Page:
College Culture, Student Welfare, Well-being and Support
One of the many advantages of residing at St Mark’s College is access to a support network which can help with any issue that may arise during your university years. Recognising that our members come from varied backgrounds, the support networks available at the College are in place to ensure that orientation and transition to the College, university life and Adelaide are stress-free.
The Dean’s role is to foster an environment conducive to academic excellence, pastoral care and well-being and to help build a sense of community spirit at the College. In addition to a disciplinary function, the Dean’s key role is to provide a listening ear about any issue, assist students with their study/work/life balance, support them to manage stress and anxiety and facilitate any counselling, either through the university or a private local psychologist.
The Chaplain has a particular responsibility for the spiritual underpinnings of the College. This includes the conduct of the Commencement, Founders’ Day and Final Services and regular Morning Prayer meetings in the Chapel, but also more generally, praying for the life of the College and for its staff and students and being available for advice and counselling of a personal and/or spiritual nature.
The Dean’s Leadership Team
The Dean’s Leadership Team comprises the Assistant Deans, Senior Academic Tutors and Gender Equity, Well-being and Inclusion Officer who are all committed to providing a high level of pastoral and academic support to members of the College.
The Assistant Deans assist students in various ways when needed, encourage behaviour consistent with the College Code of Conduct and liaise between the College staff and students. They maintain an open door policy for all students.
The Gender, Equity, Well-being and Inclusion Officer provides an additional option for students who are going through a difficult time and need someone to talk to. The GEWI works closely with the Dean and also with the College Club’s Equity Officers to ensure social inclusion, and leads well-being initiatives, and mental, sexual and physical health and awareness activities, for the students.
Residential Advisors have the responsibility of providing care and assistance to students of the College, particularly in their first year. Their primary tasks are to be available to help other students in the proximity of their rooms and to see that behaviour is in accordance with the values of the College. They are a first point of contact for personal and academic problems and can advise students on the existing support structures within and external to the College.
The Director of Learning
The Director of Learning is responsible for ensuring high-level academic support for students through the College’s Academic Program, including academic tutorials, core skills training sessions and teaching support. The Director of Learning also facilitates outcomes for students in their transition from university to employment through the Professional Development Program, including professional skills training and the Career Mentor Program.
Senior Academic Tutors
In addition to being part of the Dean’s leadership team, the Senior Academic Tutors support the Director of Learning in helping ensure all students attain their academic goals. Their portfolio includes coordinating the tutorial program and ensuring all students are aware of and able to access the academic support at the College.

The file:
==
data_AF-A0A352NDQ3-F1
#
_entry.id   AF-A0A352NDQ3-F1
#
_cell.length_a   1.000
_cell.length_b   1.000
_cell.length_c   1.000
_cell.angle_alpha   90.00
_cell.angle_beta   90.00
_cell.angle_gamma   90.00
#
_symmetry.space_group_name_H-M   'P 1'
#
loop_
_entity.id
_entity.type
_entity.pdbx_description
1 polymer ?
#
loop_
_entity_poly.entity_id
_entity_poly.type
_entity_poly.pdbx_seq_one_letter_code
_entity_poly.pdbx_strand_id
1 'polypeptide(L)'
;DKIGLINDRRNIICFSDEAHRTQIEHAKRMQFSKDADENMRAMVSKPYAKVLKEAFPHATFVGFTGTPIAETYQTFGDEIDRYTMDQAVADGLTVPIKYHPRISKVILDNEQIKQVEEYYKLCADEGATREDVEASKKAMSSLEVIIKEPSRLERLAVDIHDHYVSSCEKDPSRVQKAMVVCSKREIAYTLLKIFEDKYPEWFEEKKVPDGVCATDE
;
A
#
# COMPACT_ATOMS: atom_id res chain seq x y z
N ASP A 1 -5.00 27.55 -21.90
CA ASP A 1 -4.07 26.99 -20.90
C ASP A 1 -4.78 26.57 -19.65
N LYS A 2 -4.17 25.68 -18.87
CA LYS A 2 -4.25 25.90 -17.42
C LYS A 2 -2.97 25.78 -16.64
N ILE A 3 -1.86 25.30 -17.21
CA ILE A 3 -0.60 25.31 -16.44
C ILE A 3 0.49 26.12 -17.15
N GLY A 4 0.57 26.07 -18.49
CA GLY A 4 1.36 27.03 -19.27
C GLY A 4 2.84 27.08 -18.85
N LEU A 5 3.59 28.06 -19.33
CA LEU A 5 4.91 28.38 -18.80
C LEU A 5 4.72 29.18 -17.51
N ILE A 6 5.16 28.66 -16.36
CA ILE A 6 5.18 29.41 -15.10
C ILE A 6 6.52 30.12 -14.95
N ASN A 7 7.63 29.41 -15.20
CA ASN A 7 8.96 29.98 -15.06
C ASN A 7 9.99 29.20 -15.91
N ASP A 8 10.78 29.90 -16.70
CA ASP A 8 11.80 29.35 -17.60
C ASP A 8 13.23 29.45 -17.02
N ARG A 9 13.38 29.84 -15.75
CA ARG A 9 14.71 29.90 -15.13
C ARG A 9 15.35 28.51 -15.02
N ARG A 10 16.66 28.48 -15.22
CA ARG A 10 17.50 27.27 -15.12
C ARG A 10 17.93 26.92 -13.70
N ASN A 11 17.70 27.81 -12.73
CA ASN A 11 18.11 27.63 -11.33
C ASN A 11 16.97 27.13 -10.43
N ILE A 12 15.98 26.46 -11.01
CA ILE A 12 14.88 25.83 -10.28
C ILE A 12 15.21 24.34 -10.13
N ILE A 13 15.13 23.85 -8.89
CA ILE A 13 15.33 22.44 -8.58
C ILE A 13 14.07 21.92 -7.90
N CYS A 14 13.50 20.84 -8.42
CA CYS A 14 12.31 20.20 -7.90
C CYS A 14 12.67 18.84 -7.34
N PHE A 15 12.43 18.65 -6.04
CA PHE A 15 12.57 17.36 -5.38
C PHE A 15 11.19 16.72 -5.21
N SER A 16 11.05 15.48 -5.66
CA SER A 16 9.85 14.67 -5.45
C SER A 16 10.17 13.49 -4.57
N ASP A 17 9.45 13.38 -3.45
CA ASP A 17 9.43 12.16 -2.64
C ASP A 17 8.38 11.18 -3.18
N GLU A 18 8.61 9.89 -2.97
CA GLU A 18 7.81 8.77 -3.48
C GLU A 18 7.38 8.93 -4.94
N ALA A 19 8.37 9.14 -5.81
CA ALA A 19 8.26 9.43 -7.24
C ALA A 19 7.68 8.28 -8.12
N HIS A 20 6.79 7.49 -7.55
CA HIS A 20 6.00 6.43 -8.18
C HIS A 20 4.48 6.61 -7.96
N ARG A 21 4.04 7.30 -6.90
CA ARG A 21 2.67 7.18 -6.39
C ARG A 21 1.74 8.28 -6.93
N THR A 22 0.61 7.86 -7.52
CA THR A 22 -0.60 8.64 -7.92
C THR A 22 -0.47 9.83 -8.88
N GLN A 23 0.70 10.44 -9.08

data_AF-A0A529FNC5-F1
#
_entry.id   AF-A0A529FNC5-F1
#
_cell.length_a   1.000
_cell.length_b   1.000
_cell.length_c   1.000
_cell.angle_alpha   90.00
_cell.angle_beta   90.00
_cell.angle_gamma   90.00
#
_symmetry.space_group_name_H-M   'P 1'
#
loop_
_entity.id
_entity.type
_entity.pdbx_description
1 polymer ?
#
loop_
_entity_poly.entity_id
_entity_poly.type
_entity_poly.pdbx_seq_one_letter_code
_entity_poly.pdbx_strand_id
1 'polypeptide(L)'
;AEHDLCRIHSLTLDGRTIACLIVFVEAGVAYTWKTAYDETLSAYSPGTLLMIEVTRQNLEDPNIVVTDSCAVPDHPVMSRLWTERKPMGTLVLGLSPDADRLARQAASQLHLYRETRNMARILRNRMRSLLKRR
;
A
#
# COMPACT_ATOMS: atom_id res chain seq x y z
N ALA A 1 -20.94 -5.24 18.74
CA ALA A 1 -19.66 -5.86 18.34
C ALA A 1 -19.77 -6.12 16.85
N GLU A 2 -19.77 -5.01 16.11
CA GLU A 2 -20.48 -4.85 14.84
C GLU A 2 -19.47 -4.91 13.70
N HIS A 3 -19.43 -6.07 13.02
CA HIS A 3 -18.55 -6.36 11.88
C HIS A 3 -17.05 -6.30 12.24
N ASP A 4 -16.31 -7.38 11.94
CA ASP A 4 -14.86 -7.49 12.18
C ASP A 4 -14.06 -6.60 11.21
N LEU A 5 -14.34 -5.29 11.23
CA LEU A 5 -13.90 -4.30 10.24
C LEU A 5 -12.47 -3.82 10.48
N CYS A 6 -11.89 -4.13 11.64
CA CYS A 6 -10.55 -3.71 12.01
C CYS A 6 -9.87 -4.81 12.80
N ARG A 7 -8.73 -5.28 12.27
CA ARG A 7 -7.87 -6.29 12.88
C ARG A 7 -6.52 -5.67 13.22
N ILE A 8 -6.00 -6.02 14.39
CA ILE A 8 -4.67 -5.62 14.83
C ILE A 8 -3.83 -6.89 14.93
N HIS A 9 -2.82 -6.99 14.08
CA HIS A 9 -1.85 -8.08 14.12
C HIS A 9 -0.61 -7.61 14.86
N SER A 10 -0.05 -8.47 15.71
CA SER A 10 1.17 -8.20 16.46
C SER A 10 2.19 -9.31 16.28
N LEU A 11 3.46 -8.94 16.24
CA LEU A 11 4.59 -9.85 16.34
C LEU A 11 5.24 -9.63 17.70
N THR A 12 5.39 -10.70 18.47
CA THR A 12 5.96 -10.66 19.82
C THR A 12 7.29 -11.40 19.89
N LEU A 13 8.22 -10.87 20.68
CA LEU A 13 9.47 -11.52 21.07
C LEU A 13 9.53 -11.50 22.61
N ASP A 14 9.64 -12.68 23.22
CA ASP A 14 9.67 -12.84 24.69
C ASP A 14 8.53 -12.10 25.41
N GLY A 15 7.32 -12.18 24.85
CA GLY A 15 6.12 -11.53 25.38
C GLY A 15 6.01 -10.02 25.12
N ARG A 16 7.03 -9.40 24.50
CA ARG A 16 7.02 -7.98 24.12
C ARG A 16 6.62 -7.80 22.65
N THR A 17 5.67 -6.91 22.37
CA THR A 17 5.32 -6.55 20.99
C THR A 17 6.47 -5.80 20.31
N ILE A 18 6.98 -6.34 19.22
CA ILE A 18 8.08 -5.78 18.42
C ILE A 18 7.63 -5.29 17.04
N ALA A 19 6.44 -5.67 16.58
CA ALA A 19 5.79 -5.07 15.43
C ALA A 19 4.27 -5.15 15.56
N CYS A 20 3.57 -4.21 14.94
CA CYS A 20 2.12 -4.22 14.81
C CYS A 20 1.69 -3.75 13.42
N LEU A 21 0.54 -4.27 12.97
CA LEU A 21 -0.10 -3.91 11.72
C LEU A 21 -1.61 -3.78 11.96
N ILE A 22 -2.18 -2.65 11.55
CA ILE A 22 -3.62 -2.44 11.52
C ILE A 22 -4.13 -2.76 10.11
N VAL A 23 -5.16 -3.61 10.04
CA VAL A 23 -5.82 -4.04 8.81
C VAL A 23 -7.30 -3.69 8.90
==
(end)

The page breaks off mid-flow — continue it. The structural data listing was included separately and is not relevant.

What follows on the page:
The Faculty Mentors support the Director of Learning in helping all students attain their academic goals and in driving academic peer support at the College. They are not tutors, but a point of contact for all students in the same or related degrees, and have a unique role in listening and being supportive to students within their broad Faculty Groups. Faculty Mentors help students find the right support.
Academic Tutors provide regular tutorials in accordance with the Tutorial Program to all students enrolled in subjects within their area of expertise and have a passion for learning and teaching, an interest in each student’s academic progress and a capacity to engage with students to express and further that interest.
Sexual harassment and assault:
St Mark’s does not tolerate any form of harassment, intimidation or violence, including sexual harassment and sexual assault.
These issues are not trivialised; they form part of an extensive educative process which is provided not just at the start of the year but which is embedded within our culture and values.
In addition, the College has clear Policies in place, provided to all students and staff, prohibiting any form of sexual harassment and assault, providing options and guidelines for reporting any sexual harassment or assault experienced or witnessed, and laying down procedures for how the College will respond. The priority of these Policies is the safety and well-being of anyone affected by harassment or assault.
The College has been proactive in seeking to ensure that the activities in College meet the standards and expectations of the wider community and are consistent with our values and purpose.
The College conducts a qualitative and quantitative survey and a Student Roundtable on college culture annually, the results of which are provided to the student leaders. Student responses and feedback drive the orientation week program to ensure that student views are listened to, respected and acted upon. Students are encouraged to ask questions and challenge popular culture, which can only affect positive change.
St Mark’s has strong female leadership both at staff and student level and high numbers of female students. This year, the College has 65% of students returning with a gender breakdown of 54% female and 46% male. Including the first-year students, our community is 58% female and 42% male. These statistics point to a culture of inclusion, warmth and respect.